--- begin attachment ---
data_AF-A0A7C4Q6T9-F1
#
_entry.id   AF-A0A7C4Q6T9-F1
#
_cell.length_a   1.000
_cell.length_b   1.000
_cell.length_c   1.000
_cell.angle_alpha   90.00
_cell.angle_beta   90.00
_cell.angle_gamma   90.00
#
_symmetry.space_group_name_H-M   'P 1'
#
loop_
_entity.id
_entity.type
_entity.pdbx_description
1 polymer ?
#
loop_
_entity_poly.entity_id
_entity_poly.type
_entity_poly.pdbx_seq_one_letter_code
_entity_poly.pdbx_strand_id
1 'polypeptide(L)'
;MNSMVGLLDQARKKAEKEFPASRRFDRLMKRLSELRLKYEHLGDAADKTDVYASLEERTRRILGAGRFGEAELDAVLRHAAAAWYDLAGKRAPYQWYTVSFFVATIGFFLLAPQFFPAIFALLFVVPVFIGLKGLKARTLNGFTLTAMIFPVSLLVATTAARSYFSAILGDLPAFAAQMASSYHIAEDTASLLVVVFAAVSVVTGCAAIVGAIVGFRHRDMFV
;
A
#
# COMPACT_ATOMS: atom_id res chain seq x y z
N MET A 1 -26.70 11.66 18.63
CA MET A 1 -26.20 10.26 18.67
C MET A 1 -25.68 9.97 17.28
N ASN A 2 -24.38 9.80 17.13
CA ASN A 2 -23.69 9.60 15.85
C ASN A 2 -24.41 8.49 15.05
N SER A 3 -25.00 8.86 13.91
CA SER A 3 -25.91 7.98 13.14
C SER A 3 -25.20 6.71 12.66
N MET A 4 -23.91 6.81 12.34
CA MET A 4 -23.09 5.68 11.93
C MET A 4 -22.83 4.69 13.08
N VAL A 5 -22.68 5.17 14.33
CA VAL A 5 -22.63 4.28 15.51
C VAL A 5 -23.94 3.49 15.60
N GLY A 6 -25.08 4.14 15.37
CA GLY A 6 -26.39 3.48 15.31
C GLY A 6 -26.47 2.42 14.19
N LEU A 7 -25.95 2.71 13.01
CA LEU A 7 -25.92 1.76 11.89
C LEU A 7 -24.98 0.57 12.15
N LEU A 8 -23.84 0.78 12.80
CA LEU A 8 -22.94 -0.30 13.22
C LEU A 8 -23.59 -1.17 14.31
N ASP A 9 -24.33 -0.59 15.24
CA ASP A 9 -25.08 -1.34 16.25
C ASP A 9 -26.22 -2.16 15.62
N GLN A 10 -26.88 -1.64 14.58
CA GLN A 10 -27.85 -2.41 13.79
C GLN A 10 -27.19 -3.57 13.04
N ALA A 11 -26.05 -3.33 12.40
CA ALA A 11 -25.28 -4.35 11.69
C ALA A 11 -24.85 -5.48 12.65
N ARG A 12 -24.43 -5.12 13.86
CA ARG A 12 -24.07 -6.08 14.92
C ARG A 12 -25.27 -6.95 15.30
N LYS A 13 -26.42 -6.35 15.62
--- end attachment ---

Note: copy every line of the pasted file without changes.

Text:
data_AF-A0A7C4Q6T9-F1
#
_entry.id   AF-A0A7C4Q6T9-F1
#
_cell.length_a   1.000
_cell.length_b   1.000
_cell.length_c   1.000
_cell.angle_alpha   90.00
_cell.angle_beta   90.00
_cell.angle_gamma   90.00
#
_symmetry.space_group_name_H-M   'P 1'
#
loop_
_entity.id
_entity.type
_entity.pdbx_description
1 polymer ?
#
loop_
_entity_poly.entity_id
_entity_poly.type
_entity_poly.pdbx_seq_one_letter_code
_entity_poly.pdbx_strand_id
1 'polypeptide(L)'
;MNSMVGLLDQARKKAEKEFPASRRFDRLMKRLSELRLKYEHLGDAADKTDVYASLEERTRRILGAGRFGEAELDAVLRHAAAAWYDLAGKRAPYQWYTVSFFVATIGFFLLAPQFFPAIFALLFVVPVFIGLKGLKARTLNGFTLTAMIFPVSLLVATTAARSYFSAILGDLPAFAAQMASSYHIAEDTASLLVVVFAAVSVVTGCAAIVGAIVGFRHRDMFV
;
A
#
# COMPACT_ATOMS: atom_id res chain seq x y z
N MET A 1 -26.70 11.66 18.63
CA MET A 1 -26.20 10.26 18.67
C MET A 1 -25.68 9.97 17.28
N ASN A 2 -24.38 9.80 17.13
CA ASN A 2 -23.69 9.60 15.85
C ASN A 2 -24.41 8.49 15.05
N SER A 3 -25.00 8.86 13.91
CA SER A 3 -25.91 7.98 13.14
C SER A 3 -25.20 6.71 12.66
N MET A 4 -23.91 6.81 12.34
CA MET A 4 -23.09 5.68 11.93
C MET A 4 -22.83 4.69 13.08
N VAL A 5 -22.68 5.17 14.33
CA VAL A 5 -22.63 4.28 15.51
C VAL A 5 -23.94 3.49 15.60
N GLY A 6 -25.08 4.14 15.37
CA GLY A 6 -26.39 3.48 15.31
C GLY A 6 -26.47 2.42 14.19
N LEU A 7 -25.95 2.71 13.01
CA LEU A 7 -25.92 1.76 11.89
C LEU A 7 -24.98 0.57 12.15
N LEU A 8 -23.84 0.78 12.80
CA LEU A 8 -22.94 -0.30 13.22
C LEU A 8 -23.59 -1.17 14.31
N ASP A 9 -24.33 -0.59 15.24
CA ASP A 9 -25.08 -1.34 16.25
C ASP A 9 -26.22 -2.16 15.62
N GLN A 10 -26.88 -1.64 14.58
CA GLN A 10 -27.85 -2.41 13.79
C GLN A 10 -27.19 -3.57 13.04
N ALA A 11 -26.05 -3.33 12.40
CA ALA A 11 -25.28 -4.35 11.69
C ALA A 11 -24.85 -5.48 12.65
N ARG A 12 -24.43 -5.12 13.86
CA ARG A 12 -24.07 -6.08 14.92
C ARG A 12 -25.27 -6.95 15.30
N LYS A 13 -26.42 -6.35 15.62